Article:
Week of Inspiration: Elm


When I was younger, the way I dealt with things was to be furious.

It eclipsed everything: it tore through me, leading to a quiet blaze in my heart every time I thought about someone I disliked; it burned through my veins and refused to leave me until it had made everything numb. Nobody knew because I hid it; I stamped it down, as hard as I could but some things couldn’t be completely subdued.

To people that saw me, it would surprise them to know that: I was a pacifist, both then and now, but the difference between those two times was that back then, I was prone to wild bursts of fury in my mind. Now, I know how to deal with it: I’ve learned, over the last year, that having uncontrollable bouts of anger only leads to people getting hurt.

Although it was a gradual process – from upsetting people with how erratic I got sometimes, to going through a lot of thoughts and remembering that angry was not what I wanted to be – there was one situation that defined why I hated anger and why I, at that moment, decided to tell myself to avoid it at all costs. That situation happened 6 months ago, and it was when I was cheated on by my last boyfriend, with a friend who I respect very much.

Without going into too much detail, it was the thing that really made me take stock of who I was as a person. I knew that the way I reacted to it would shape my attitude for a long time to come: would I scorn what I had with him, or remember what I had and not dismiss it as worthless? How I responded to it is one of the things I’m proud of myself for; it happened at the perfect time: a year prior I would have been consumed by hurt and plain anger, unable to see reason. This time, I had gone through enough development to know that that would have been counter-productive, and upon realising that, I made the step that has outlined how I act 6 months later.

I knew that I could have been furious; it would have been easy to tell them I never wanted to speak to them again, that I was hurt beyond belief, but it would have been a lie. Tearing apart such good friendships is not worth the release of that anger; I had to be careful that I didn’t let my wild emotions get the better of me.

I thought it through. Yes, they had hurt me, but was it really their fault? No. They were doing what I may have done in that situation: they were happy; I had come to terms with it as a possibility and when it happened, it actually calmed me to remember that they were human, I’m human and it’s good for humans to do things for themselves. People thought that I was too easy on him and her, but I saw it as me understanding that it wasn’t a ‘good’ or ‘bad’ kind of situation.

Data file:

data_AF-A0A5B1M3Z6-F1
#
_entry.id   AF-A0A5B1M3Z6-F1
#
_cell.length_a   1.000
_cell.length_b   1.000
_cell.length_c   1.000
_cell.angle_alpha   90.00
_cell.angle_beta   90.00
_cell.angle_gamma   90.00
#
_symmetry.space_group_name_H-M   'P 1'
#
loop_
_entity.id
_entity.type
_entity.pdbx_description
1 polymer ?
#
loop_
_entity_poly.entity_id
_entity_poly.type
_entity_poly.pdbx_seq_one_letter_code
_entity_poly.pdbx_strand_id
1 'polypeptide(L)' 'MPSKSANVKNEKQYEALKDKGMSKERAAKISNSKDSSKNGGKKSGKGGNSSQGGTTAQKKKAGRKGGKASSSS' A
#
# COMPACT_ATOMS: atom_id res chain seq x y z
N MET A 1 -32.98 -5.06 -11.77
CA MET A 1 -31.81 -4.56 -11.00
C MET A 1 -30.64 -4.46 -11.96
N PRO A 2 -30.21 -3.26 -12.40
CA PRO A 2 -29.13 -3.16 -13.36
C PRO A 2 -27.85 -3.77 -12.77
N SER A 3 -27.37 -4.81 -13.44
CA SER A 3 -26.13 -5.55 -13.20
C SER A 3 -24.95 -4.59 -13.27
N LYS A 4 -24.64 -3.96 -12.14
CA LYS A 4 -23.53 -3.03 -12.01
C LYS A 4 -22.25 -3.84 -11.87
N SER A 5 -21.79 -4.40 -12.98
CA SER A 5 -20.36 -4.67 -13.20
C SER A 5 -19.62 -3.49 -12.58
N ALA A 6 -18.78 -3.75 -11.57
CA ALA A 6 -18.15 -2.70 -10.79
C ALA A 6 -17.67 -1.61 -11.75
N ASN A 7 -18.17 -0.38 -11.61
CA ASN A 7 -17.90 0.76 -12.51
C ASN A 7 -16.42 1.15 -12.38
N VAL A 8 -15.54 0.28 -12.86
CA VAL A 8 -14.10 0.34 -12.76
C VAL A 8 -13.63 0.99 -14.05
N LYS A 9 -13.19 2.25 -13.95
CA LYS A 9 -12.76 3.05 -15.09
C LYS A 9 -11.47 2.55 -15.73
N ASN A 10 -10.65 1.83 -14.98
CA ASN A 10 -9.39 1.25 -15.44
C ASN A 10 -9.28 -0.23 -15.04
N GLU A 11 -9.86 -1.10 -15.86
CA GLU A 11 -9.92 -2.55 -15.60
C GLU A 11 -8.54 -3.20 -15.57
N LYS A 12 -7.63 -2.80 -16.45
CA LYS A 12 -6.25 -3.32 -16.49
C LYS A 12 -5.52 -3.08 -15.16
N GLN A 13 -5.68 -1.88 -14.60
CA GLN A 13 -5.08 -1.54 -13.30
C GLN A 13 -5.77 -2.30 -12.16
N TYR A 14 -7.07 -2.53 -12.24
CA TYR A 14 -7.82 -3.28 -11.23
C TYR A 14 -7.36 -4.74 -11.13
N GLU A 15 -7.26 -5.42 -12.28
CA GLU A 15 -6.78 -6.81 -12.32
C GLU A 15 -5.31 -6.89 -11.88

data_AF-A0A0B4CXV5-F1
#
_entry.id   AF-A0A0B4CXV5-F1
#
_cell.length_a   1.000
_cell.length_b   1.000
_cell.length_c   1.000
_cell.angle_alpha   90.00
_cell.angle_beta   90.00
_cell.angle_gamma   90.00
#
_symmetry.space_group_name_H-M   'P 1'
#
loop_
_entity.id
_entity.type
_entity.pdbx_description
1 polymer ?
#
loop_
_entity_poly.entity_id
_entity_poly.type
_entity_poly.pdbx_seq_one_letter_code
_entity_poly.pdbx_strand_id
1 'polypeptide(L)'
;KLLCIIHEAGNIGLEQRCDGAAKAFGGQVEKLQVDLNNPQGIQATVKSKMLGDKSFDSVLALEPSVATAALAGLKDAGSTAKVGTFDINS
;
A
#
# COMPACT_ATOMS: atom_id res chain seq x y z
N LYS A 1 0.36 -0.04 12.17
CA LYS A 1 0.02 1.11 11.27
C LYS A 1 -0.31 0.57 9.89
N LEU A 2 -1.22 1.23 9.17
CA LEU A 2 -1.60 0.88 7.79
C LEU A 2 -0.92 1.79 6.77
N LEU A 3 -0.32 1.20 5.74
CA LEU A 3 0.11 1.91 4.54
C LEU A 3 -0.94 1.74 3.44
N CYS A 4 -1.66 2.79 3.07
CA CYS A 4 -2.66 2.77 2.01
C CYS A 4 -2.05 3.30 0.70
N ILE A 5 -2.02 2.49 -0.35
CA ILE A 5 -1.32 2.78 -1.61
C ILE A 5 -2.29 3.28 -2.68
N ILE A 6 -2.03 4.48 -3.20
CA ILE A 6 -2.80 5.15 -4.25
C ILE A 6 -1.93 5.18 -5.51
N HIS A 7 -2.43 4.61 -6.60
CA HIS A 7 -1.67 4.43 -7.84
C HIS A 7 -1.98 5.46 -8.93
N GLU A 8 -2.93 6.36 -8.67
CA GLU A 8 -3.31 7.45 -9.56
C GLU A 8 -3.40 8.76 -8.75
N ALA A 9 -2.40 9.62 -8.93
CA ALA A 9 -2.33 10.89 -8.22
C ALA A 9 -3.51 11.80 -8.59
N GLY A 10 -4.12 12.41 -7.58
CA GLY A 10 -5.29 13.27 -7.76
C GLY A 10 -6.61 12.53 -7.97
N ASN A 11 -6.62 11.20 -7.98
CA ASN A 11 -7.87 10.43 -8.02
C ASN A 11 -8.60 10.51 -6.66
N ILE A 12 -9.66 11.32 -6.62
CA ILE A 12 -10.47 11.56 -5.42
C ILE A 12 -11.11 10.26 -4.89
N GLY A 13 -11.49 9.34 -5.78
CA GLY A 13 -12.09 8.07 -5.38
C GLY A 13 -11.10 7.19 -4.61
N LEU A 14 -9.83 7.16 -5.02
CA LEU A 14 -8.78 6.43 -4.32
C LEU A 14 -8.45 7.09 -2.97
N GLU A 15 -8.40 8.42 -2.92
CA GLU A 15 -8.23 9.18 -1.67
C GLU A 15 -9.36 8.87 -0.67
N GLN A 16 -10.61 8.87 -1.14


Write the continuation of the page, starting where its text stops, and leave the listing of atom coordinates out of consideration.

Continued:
My anger would have been justified, perhaps, but it wasn’t for me. It would have perpetuated a slide into even worse mental health than I experienced after that, but I would have been burned out. The fire inside me would have just blown out from the energy I spent being bitter and infuriated; it solved nothing, because they were amazing people. I grew stronger by knowing that I could save up that energy for when I really needed it.

I’m still not perfect. I get angry but it’s a rational anger; I now know when to tone my feelings down and think: “Is this sensible? Are you thinking things through entirely?” Maybe sometimes, a little anger is necessary, but I don’t let it overtake me any more.

Experiencing so much pain can actually turn out positively for you. It hurts so much at the time, but remember that you aren’t ruled by it. There are always multiple sides to a story and it’s difficult to keep that in your head, but acting rashly can lead to so many bad consequences. You can’t do it all the time – I certainly can’t – but whenever I start to feel furious, I remember the time when I cried so hard I couldn’t breathe and afterwards, I thought that my tears and emotions weren’t a weapon to be used to hurt people. They were a way to heal myself.

Thanks so much for having me on this blog! I love it, and writing this post has really made me think about who I am. If you ever have emotions you can’t control, don’t beat yourself up for it: my situation taught me that everyone’s human, and one person’s flaw is another’s way of getting through life.

Love from Elm 🙂

Follow her blog, Just Call Me Elm Or Something.


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